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LSU 2014 Position Previews: Defensive Backfield

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From the offensive front to the defensive back end.

Crystal LoGiudice-USA TODAY Spor

Roster/Depth Chart

Corners

13 Dwayne Thomas (Soph.)

6-0, 182

10 tackles, 5 passes broken up, 4.0 TFLs (3.0 sacks) and 2 forced fumbles.

16 Tre'davious White (Soph.)

5-11, 191

55 tackles, 9 passes broken up (2 interceptions), 2.5 TFLs and 1 forced fumble.

21 Rashard Robinson (Soph.)

6-3, 177

16 tackles, 4 passes broken up (1 interception) and .5 TFL.

32 Jalen Collins (Jr.)

6-2, 198

22 tackles and 2 passes broken up.

24 Ed Paris Jr. (Fr.)

6-1, 208

Four-star recruit.

39 Russell Gage (Fr.)

6-0, 180

Three-star recruit.

Safeties

28 Jalen Mills (Jr.)

6-0, 194

67 tackles, 6 passes broken up (3 interceptions), 4 TFLs.

12 Corey Thompson (Jr.)

6-2, 218

40 tackles, 3 pass broken up and .5 TFL.

26 Ronald Martin (Sr.)

6-2, 220

38 tackles, 5 passes broken up (1 interception), 1 forced fumble, 1 recovered in 8 games.

29 Ricky Jefferson (Soph.)

6-0, 204

6 tackles, 2 passes broken up and .5 TFL in 7 games.

33 Jamal Adams (Fr.)

6-0, 206

Five-star recruit.

30 John Battle (Fr.)

6-1, 186

Three-star recruit.

35 Devin Voorhies (Fr.)

6-2, 208

Four-star recruit.

Who's Returning?

Six players, three of which definitely project in the 2014 starting lineup. This is easily the defense's returning strength, led by sophomore cornerbacks Tre'davious White and Rashard Robinson.

The duo both saw time early last year, and were either starting, or in Robinson's case, seeing starter's snaps, by midseason. They took their lumps early, but improved with each game and look poised to break out as the top duo in the SEC, if not the country.

White is a technician, with quick feet and a good mind for the position. Robinson, a late qualifier who was too good to keep off the field despite missing all of LSU's 2013 training camp, is a tall, physical player that excels in press, man-to-man coverage. With a full offseason in the weight and film rooms, the sky's the limit for both players.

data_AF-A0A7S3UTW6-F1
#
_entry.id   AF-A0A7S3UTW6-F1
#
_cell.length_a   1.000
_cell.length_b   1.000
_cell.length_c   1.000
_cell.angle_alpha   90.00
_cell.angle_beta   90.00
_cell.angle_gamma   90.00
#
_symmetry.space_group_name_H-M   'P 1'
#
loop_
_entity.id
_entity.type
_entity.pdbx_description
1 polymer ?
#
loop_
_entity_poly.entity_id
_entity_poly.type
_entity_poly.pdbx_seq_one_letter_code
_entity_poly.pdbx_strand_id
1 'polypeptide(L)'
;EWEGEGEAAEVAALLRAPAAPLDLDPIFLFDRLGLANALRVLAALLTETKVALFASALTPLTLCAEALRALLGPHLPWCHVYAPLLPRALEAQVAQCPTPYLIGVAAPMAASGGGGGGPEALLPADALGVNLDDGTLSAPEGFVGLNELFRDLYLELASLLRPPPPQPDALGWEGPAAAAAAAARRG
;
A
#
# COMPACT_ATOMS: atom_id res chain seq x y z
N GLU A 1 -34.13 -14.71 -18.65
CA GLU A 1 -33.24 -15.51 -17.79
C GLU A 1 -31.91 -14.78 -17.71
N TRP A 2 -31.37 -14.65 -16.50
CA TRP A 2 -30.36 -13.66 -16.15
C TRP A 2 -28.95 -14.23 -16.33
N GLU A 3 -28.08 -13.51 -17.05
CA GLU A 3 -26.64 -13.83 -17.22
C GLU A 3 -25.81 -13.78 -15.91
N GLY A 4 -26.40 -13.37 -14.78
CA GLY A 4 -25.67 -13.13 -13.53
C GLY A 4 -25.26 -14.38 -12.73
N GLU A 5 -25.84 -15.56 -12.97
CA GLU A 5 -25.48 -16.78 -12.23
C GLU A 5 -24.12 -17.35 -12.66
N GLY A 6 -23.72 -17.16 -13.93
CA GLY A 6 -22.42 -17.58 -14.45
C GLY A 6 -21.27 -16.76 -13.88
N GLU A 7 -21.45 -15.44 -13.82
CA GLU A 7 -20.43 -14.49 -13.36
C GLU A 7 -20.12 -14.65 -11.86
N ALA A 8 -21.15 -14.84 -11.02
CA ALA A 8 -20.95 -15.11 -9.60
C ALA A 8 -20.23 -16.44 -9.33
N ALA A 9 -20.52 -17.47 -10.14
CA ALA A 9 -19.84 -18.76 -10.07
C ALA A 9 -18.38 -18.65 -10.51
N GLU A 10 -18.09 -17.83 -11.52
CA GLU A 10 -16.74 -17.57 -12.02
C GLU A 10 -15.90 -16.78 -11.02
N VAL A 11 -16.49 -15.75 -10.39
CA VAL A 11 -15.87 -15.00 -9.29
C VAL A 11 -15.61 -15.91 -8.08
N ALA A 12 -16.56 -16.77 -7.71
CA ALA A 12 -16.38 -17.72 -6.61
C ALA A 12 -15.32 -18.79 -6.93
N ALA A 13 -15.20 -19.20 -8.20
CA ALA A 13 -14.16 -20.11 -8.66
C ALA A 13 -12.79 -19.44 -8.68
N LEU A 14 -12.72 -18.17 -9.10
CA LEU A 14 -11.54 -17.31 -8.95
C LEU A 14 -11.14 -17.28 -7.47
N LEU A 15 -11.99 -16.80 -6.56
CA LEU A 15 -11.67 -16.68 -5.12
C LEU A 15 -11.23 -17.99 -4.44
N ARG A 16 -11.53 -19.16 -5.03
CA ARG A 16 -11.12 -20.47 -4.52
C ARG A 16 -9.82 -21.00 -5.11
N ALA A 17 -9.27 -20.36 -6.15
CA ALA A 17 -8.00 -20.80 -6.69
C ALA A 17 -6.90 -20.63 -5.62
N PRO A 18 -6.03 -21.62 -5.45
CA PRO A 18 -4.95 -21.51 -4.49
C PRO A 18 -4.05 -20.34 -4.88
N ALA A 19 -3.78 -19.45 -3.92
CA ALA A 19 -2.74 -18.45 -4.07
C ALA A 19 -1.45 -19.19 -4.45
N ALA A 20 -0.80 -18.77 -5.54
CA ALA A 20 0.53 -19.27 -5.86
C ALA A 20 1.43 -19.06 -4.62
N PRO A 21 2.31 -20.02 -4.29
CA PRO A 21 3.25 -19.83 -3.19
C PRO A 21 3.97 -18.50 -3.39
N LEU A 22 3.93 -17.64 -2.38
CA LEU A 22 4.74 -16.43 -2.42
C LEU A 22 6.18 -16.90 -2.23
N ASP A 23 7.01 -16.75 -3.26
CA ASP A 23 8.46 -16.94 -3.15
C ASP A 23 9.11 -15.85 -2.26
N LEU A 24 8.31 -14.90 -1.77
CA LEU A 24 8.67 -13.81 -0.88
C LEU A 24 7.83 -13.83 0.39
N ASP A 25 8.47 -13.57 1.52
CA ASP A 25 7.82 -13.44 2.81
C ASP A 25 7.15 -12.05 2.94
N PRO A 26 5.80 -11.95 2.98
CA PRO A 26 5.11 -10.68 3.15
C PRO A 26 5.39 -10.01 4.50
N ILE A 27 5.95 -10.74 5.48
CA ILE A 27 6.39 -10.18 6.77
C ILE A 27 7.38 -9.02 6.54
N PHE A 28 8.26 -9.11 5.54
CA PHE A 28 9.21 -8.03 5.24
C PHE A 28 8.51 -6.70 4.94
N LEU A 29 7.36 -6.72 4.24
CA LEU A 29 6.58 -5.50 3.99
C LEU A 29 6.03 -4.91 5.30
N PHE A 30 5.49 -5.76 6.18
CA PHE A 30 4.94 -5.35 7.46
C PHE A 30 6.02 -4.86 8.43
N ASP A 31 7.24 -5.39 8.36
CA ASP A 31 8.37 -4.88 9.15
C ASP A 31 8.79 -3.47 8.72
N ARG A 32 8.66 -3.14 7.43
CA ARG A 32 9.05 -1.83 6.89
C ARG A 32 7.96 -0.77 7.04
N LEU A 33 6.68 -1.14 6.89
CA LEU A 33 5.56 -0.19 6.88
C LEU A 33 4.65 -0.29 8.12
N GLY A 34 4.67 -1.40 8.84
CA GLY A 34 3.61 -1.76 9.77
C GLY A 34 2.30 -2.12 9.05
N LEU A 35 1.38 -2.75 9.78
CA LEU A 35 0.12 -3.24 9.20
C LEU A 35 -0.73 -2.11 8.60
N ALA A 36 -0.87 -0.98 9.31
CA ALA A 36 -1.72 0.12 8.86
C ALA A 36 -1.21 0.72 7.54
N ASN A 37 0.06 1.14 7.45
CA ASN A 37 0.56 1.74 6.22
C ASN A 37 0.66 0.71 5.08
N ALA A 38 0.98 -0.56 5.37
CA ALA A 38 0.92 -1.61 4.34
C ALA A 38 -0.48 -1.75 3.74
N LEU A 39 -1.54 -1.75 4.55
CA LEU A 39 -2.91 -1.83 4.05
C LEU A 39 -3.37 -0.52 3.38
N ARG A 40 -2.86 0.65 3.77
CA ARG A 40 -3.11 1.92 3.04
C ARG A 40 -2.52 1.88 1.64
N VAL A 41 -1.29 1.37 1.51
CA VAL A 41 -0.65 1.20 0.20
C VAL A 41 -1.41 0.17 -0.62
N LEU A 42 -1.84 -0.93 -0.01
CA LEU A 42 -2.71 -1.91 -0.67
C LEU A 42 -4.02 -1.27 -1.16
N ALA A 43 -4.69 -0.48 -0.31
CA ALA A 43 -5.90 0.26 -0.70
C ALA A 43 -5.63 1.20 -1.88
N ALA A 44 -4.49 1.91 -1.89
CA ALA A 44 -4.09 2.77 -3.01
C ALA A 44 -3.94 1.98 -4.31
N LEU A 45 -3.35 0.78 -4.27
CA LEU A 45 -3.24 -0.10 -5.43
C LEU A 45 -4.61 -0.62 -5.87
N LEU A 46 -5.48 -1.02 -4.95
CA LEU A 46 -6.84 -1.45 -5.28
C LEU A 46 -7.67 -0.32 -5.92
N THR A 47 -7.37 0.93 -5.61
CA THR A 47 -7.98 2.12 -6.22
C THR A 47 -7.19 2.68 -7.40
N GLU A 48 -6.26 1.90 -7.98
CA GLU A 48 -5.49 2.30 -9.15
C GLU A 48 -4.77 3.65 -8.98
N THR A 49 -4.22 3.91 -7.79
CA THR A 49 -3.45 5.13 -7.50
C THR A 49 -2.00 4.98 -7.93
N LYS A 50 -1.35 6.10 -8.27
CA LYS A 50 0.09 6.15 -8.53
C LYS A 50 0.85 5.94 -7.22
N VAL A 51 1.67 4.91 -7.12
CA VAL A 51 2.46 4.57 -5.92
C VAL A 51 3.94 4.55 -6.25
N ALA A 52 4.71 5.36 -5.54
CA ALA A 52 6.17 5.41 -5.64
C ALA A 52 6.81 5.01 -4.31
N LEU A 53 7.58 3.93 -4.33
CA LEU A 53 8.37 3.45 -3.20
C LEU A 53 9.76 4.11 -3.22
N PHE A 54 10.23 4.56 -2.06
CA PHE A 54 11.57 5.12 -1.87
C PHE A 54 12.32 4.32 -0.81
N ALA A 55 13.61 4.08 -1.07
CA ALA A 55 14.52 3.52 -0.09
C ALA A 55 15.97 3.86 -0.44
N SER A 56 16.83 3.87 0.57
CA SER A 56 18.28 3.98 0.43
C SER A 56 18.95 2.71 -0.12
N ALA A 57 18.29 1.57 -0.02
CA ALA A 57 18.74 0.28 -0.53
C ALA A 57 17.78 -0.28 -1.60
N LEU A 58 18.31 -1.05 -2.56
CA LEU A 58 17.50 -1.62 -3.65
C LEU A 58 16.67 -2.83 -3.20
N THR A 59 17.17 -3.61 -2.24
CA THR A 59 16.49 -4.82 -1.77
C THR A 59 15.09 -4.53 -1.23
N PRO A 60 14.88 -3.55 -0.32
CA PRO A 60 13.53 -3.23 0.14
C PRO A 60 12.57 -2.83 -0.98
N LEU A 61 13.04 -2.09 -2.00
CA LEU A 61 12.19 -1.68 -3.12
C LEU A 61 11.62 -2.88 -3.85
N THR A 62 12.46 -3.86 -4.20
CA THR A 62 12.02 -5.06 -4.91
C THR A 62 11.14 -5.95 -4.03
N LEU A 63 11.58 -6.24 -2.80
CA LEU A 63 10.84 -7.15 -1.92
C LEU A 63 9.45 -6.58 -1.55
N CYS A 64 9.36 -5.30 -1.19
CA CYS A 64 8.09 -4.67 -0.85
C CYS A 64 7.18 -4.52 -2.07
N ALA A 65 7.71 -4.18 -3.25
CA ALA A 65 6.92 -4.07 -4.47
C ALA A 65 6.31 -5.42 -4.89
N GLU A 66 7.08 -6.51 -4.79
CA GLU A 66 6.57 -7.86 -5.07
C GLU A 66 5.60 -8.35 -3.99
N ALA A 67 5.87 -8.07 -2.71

In the middle of the field, Jalen Mills is the headliner at one of the safety spots for reasons good and bad. The latter is known, and until its fully settled we don't really know if he'll miss any time. The good, is that once he moved back to the safety position, the coverage busts that plagued the first half of 2013 for LSU suddenly seemed to stop. Mills was always more of a physical, zone-type of corner, so the transition seemed natural, and by most accounts he's as well-versed in the defensive coverages as anybody on the team. He should excel in the strong safety position, and will likely still slide into the nickel corner role from time to time.

Veterans Ronald Martin and Corey Thompson return off of injuries as well. They're both bigger, more physical players that fit well in the strong safety role where they can fill versus the run. Both really struggled in coverage last season though, particularly Martin. Between Mills and the incoming freshmen, they could see their roles reduced to special teams as the year goes on.

Ricky Jefferson probably mans the starting free safety spot to start the season. He received a lot of preseason pub from some program insiders, but he didn't really get on the field until the final month. However, he did flash a nose for the ball and showed some nice versatility in the Outback Bowl against Iowa with an active, physical presence that was still in position in coverage.